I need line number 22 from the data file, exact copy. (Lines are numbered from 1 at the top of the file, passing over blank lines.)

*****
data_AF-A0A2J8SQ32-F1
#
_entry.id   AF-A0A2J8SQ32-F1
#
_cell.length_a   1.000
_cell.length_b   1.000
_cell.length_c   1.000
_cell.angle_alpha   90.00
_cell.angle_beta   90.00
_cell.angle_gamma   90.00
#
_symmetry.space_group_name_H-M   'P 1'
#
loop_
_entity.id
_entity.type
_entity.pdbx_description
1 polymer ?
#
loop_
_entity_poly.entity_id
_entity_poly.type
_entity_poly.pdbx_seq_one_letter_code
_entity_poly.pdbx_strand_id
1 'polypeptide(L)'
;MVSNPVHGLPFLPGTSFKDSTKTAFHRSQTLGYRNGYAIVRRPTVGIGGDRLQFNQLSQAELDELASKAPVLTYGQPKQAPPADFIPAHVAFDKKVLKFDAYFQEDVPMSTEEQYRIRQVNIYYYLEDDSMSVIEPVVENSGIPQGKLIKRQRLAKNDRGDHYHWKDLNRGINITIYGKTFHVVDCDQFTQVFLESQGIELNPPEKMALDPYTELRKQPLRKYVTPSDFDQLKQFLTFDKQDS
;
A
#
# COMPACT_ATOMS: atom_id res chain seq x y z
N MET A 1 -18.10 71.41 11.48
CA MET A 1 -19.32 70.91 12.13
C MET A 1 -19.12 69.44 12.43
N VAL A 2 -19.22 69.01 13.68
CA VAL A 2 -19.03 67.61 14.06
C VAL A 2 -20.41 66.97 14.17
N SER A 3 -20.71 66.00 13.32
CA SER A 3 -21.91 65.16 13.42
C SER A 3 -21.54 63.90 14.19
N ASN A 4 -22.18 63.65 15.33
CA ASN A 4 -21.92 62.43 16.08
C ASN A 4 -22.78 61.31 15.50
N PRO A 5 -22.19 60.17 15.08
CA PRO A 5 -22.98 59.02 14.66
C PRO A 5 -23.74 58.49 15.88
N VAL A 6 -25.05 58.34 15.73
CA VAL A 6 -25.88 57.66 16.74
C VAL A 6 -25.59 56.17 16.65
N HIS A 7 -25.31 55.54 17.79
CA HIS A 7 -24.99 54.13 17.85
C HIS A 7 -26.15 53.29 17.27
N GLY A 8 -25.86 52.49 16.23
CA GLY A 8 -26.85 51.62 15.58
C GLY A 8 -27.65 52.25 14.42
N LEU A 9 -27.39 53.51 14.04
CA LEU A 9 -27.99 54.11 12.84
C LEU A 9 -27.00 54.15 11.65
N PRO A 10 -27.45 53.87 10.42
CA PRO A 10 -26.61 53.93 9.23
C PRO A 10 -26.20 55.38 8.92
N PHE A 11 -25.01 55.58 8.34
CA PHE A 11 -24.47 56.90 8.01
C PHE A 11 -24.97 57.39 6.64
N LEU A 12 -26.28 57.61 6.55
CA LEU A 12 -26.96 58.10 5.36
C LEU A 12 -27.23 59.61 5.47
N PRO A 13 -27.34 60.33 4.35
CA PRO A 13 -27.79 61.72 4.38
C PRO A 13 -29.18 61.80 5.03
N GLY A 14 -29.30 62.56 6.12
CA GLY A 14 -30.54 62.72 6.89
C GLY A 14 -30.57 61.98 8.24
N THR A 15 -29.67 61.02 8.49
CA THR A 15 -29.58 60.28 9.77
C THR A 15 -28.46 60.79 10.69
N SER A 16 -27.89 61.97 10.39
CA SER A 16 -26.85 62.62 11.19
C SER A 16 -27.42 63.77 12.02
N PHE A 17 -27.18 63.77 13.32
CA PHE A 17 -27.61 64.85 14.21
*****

_entity_poly.type